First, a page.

I wouldn't worry about it at all. As for myself, the only reason I don't display my birthday is to keep my identitety secret, I guess? I dunno. Date of birth doesn't say much really but I've simply no reason for showing it everybody.
I get the idea
What about being "non-social" ? Would you like it to change over time?
As for myself, a lot of crazy things in life have happened which pretty much lead me into spending time re-mapping crystal rom which I used to do until I started developing myself and turned out a great rom hacker in overall. Now, "everything" is going well.
Sorry about that what I said in the thread, I never meant to reply in your place although that's what I did. But yeah, when you're done with Skyline, keep away from the hacking scene for a while and think about it. I've pretty much decided myself that once Dark Future gets complete, I'll retire from the scene although I'd be there to help out others to solve problems they're having.
Life is a lot more important. You know, we're both at the same age and I get the feeling we've also got a lot more in common than that (although we've never talked about anything). Not sure what I really want to say here but oh well...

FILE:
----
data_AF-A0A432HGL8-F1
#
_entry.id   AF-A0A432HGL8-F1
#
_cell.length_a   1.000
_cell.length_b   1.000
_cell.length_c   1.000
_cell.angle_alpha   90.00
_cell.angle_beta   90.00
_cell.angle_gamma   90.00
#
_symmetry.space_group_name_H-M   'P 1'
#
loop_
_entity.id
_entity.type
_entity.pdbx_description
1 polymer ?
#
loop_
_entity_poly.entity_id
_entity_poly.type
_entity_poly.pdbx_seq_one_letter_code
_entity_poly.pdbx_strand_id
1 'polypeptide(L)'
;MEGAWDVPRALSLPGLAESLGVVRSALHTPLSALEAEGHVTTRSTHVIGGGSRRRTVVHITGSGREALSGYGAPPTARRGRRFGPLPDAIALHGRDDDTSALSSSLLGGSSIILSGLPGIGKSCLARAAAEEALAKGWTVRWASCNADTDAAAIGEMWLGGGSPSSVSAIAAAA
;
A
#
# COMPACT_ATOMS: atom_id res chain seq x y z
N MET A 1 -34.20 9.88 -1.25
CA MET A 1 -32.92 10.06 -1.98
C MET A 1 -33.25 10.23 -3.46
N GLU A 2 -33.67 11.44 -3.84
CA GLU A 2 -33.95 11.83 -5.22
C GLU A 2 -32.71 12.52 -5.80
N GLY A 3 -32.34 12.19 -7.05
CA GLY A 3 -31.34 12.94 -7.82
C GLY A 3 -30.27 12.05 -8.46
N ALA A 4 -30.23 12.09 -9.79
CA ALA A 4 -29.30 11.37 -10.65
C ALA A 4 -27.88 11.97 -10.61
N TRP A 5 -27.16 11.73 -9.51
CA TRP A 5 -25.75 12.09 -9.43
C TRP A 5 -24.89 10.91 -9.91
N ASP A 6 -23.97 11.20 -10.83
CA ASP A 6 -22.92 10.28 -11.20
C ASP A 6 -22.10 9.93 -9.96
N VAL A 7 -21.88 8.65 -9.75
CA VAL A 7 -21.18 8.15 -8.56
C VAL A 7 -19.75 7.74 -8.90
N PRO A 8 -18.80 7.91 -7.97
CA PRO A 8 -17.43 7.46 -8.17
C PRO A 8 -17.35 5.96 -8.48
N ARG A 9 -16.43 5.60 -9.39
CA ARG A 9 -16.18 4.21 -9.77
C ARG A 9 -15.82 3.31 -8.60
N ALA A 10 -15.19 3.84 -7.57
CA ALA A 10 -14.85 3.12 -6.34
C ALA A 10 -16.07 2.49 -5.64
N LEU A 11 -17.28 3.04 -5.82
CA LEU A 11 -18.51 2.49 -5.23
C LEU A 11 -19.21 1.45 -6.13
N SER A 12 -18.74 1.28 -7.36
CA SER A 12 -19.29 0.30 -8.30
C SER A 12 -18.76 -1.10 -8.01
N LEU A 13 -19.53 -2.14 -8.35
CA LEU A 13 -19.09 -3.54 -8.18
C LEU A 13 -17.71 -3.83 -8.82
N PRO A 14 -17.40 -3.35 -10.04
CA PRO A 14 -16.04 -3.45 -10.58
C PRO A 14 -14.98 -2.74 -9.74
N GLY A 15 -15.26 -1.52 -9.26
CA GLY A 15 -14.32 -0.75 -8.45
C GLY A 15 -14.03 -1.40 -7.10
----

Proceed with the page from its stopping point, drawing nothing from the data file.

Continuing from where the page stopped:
Hopefully I remember right that I mentioned you to check what the ips-file does with a hex editor. If this is the case, create an ips-file between the your current buggy rom and the latest one that doesn't have the bug. Open the ips-file with a hex editor and the go to offset 0x5 (five first bytes are PATCH in ASCII code and have nothing to do with the "changing the rom" itself). The bytes in offsets from 0x5 to 0x7 determine the first offset in the "unmodified" rom to write new data to. If that offset is smaller than 6B 09 F8 (blank data FF FF FF... starts here in Ruby (U) rom), go to that offset with a hex editor (if it is for example 0A C7 23 = 0xAC723) and see what's written in there in "umodified" and "modified (buggy)" rom. You can easily change that data back to normal. After the 3-byte offset (in ips-file), there are always two bytes telling how many bytes to re-write in that offset and after these two bytes, the bytes to write there.